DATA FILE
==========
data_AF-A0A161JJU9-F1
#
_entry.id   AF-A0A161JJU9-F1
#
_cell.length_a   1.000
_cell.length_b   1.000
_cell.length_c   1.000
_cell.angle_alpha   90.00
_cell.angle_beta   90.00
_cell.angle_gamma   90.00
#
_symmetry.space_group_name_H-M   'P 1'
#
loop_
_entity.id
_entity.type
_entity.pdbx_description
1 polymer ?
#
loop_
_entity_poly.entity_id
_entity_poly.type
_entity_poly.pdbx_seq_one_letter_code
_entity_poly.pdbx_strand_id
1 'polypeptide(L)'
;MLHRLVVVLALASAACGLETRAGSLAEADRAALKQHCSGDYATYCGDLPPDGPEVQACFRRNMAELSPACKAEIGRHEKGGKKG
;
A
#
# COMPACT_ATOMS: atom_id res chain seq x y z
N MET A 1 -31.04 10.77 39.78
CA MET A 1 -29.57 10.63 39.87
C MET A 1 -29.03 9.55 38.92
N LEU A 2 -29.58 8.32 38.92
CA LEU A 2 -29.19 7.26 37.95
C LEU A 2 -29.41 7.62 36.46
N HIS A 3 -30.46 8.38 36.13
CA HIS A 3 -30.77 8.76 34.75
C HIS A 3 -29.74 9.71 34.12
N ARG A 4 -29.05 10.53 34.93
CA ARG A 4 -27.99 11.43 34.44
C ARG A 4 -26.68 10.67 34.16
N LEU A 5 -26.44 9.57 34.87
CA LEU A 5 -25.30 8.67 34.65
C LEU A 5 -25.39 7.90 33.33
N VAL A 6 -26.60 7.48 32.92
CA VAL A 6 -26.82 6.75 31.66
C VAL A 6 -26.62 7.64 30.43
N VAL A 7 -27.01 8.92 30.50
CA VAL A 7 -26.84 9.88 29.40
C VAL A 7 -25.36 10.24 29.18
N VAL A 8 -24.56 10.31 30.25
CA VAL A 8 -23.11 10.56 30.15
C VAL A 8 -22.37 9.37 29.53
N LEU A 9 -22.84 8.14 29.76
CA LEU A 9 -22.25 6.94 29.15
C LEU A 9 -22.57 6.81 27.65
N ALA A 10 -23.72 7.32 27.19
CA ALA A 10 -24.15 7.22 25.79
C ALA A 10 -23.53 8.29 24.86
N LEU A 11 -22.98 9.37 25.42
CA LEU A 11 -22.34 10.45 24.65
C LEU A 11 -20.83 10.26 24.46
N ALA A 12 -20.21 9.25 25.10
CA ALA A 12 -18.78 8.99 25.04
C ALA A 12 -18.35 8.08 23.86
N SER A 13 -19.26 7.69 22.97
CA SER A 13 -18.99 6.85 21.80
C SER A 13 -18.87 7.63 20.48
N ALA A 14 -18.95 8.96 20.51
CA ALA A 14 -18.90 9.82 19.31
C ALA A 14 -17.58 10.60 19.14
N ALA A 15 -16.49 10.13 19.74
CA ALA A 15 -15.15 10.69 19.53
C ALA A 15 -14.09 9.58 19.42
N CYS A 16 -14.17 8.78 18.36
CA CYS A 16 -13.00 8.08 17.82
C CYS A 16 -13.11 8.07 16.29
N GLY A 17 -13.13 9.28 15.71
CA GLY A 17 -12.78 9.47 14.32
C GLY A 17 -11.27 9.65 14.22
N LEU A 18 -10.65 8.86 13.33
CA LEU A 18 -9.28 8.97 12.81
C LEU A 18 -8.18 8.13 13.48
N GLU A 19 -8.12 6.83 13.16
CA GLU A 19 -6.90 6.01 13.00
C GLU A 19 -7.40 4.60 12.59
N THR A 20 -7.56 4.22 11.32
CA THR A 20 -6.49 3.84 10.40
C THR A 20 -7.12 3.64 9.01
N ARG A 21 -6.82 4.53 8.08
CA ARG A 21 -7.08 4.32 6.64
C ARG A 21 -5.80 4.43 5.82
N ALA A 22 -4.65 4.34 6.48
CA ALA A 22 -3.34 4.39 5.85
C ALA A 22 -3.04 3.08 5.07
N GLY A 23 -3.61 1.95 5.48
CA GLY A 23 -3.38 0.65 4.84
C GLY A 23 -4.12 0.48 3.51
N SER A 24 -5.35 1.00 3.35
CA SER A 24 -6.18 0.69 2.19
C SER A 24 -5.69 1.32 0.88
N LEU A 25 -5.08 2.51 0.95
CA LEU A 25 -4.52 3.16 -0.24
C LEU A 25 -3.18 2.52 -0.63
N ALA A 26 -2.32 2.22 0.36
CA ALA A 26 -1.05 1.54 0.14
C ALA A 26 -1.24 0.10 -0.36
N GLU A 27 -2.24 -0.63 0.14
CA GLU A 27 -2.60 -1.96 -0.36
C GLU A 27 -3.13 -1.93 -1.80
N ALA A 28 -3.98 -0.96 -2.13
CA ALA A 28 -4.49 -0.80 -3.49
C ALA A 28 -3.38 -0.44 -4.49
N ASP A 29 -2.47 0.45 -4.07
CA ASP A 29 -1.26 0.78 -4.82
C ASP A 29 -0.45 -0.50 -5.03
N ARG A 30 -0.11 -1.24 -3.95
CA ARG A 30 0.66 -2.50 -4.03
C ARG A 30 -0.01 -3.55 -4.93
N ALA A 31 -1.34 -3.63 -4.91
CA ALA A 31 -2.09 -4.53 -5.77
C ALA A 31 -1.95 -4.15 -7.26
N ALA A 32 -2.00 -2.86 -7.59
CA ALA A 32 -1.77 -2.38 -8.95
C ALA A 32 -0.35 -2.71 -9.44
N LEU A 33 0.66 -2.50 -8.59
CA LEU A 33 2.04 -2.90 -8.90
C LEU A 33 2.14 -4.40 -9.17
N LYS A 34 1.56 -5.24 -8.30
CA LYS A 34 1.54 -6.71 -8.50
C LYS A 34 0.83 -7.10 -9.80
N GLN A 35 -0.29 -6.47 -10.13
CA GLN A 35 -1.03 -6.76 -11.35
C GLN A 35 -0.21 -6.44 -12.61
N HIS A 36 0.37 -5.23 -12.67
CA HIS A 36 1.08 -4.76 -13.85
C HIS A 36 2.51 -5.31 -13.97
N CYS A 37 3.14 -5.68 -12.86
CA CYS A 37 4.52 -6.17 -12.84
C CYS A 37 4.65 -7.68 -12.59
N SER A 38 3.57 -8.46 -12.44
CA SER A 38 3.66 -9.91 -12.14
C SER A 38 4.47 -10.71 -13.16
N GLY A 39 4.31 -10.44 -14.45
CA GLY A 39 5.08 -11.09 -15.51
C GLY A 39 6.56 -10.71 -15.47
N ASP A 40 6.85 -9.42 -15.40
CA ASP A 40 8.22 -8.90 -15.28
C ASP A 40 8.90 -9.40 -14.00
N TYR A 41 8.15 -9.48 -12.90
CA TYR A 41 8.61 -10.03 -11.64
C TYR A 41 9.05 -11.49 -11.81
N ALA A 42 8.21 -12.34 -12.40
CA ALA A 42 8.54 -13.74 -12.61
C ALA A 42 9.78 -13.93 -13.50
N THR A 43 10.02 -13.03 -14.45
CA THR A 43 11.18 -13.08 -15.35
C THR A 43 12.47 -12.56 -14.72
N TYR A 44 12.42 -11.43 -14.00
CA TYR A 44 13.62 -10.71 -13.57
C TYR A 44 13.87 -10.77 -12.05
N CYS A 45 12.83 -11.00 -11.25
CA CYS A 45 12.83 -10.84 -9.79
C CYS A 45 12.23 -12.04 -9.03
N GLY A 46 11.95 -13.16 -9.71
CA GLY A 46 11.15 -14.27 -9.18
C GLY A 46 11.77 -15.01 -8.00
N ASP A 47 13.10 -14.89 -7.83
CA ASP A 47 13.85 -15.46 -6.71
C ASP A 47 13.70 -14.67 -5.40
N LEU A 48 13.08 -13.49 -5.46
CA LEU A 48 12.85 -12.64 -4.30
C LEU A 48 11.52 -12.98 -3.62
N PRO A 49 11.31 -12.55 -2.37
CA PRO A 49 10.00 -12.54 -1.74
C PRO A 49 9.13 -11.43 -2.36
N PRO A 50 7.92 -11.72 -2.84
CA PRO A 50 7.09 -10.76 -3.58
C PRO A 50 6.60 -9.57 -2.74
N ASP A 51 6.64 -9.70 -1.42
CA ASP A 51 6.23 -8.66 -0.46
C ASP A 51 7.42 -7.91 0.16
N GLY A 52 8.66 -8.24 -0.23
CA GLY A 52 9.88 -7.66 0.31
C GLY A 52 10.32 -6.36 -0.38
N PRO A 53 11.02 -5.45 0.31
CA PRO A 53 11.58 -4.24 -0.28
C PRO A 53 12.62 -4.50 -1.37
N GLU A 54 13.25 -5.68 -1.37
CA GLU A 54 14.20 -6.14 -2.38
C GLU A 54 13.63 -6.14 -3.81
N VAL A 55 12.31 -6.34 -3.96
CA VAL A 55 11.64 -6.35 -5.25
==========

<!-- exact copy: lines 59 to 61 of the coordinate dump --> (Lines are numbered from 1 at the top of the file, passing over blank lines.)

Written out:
CA ALA A 10 -24.15 7.22 25.79
C ALA A 10 -23.53 8.29 24.86
N LEU A 11 -22.98 9.37 25.42